British artist and designer Helen Anderson worked at Sorelle Fontana in the early 1960s. This is her story.

A LIFE IN FASHION: Sorelle Fontana

November 01, 2022

It was a real treat to discover this gossipy interview with Micol Fontana online. I never really knew Micol, although technically she was my former employer. Until her death in 2015 at the ripe old age of 101, Micol was the last of the three brilliant sisters who founded the celebrated couture house of Sorelle Fontana in Rome. Along with her siblings Zoe and Giovanna, she dressed celebrities including Audrey Hepburn (most famously creating her wedding gown), Jackie Kennedy, Elizabeth Taylor, Grace Kelly and Claudia Cardinale. The sisters worked extensively in film too, styling Ava Gardner in The Barefoot Contessa and - perhaps most famously - crafting Anita Ekberg’s gravity-defying “fountain dress” for the 1960 film La Dolce Vita by Federico Fellini.

I lived in Rome in 1961 and 1962, as a post-graduate student at the Accademia dei Belle Arti di Roma. Of course, Rome during the golden age of Cinecitta (a.k.a. the Italian Hollywood) was far too much fun – and too expensive – not to pursue a whole array of extracurricular activities. I eked out my modest grant by painting portraits, which opened the doors to wonderful private homes and experiences.
I also spent a LOT of time getting all dressed up to examine the inside of garments in the Roman couture houses, to learn all I could about the specialist hand-finishing techniques employed in the ateliers. I’d always loved designing and making my own clothes (from a very young age) and during this era I would hand-paint my clothes, including Mad Men-style, full-skirted dresses, in oils, since acrylic paints for artists only became widely available from 1963.
Peering through a tiny window of Sorelle Fontana one day, wearing this scarlet dress hand-painted with flowers – and no doubt smelling of oil paint and linseed! – I was absolutely delighted when a “stilista” (assistant designer) ran outside to admire my outfit and ask where I’d bought it. This led to a joyous spell freelancing as an artist at Sorelle Fontana, where I not only hand-painted fabrics onto evening gowns but also created the designs for beaded embroideries. This was such a privilege for a green 21-year-old Brit!
On recent visits to Rome, I was delighted to see that Sorelle Fontana is still going strong (although it was sold in 1992), in its original location near the Spanish Steps. Close by is the Fondazione Micol Fontana – established as a training centre rather than a museum, it seems that some fashion fans have bought their way in for $20! A two-part TV miniseries based on the story of the fashion house, Atelier Fontana - Le sorelle della moda, was broadcast on Rai 1 in 2011. I’d love to see it.


Also in Stories

June Furlong
RIP June Furlong, Liverpool's most famous life model

November 04, 2022

A loving tribute to June, life model and friend of John Lennon and Helen Anderson, who died in 2020. My reflections of some of the funniest moments of our time together with John in our art classes.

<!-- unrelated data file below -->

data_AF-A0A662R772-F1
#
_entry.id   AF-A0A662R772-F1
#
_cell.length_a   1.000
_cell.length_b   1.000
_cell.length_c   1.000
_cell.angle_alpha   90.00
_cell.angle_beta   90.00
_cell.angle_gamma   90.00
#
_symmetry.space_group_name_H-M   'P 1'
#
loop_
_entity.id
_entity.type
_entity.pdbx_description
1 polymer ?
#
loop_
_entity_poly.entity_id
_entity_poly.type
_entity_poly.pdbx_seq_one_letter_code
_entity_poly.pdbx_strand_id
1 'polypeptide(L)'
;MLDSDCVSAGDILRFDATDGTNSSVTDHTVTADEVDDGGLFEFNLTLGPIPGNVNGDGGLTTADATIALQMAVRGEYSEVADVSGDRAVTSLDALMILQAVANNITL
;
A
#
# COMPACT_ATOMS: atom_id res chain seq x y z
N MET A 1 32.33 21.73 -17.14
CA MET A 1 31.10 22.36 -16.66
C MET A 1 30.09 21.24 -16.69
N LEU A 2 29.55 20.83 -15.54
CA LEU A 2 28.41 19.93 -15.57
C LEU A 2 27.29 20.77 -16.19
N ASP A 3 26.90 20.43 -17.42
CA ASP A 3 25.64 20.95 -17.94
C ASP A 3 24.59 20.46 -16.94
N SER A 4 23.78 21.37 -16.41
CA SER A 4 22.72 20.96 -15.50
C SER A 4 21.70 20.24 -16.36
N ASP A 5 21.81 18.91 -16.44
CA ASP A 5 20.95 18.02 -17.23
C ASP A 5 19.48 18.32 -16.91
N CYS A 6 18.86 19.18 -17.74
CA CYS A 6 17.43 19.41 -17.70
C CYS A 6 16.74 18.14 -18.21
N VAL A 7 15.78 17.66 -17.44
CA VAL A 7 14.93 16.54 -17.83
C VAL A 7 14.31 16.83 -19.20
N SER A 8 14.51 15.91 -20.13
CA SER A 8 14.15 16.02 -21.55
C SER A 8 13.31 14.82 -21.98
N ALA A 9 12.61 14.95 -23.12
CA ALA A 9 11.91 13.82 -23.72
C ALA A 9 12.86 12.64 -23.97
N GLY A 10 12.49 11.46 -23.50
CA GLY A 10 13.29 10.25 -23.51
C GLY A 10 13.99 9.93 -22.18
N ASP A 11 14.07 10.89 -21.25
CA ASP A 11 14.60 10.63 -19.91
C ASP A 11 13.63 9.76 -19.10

My Lennon cap: made to last!
My Lennon cap: made to last!

November 03, 2022

These John Lennon caps are made to last! Helen Anderson's original design, originally created in 1964, worn here by the Beatle in 1975, still with the Ferrari pin he stuck into it when he passed his driving test and bought a powder blue convertible.


Jude Southerland Kessler and Lanea Stagg interview Helen Anderson about her life and her memories of The Beatles, John Lennon and Cynthia Lennon
Interview with Helen Anderson about John Lennon

November 02, 2022

For the inside story on John Lennon and loads of memories from fashion designer Helen Anderson - Lennon's friend and of course the designer of his famous leather cap - listen to this great interview with Jude Southerland Kessler.


How to measure your head for my leather cap

sketch of John Lennon by Helen Anderson 


A message from Helen about sizing: 
Hats are a bit like jackets and dresses: sizes are supposed to be universal but may vary from one manufacturer to another. I can’t guarantee you a perfect fit, but I can do my best to help.

My cap is available in 4 sizes: Small (S), Medium (M), Large (L) and Extra Large (XL). It’s an investment piece, so I encourage you also to invest three minutes to find the perfect fit.

Don’t just guess your size!
John Lennon’s head measured 23.5 inches. He was a size XL (big brain!). Here's how I measured it, back in 1964 - and how you can measure yours now.
  1. Don’t panic if you don’t have a tailor’s tape measure handy. You can also use a length of string or ribbon, and then measure it against a ruler.
  2. Place the string or tape around your head about 3mm above your ear, across the mid-forehead, completely circling your head. Hold the tape firmly, but not super-tightly.
  3. I’d like you to measure your head exactly where the cap will sit. If your measurement falls between sizes, choose the next size up.
Remember: If you have big hair, you’ll probably need the next size up!



You will need to tell me your size at the time you order.


If you are in such a hurry to get hold of a cap that you don’t have time to measure your head, you could also check the size of another hat that fits: hat sizes are universal… in theory. Don’t see your size? Have a special request?

Email Me!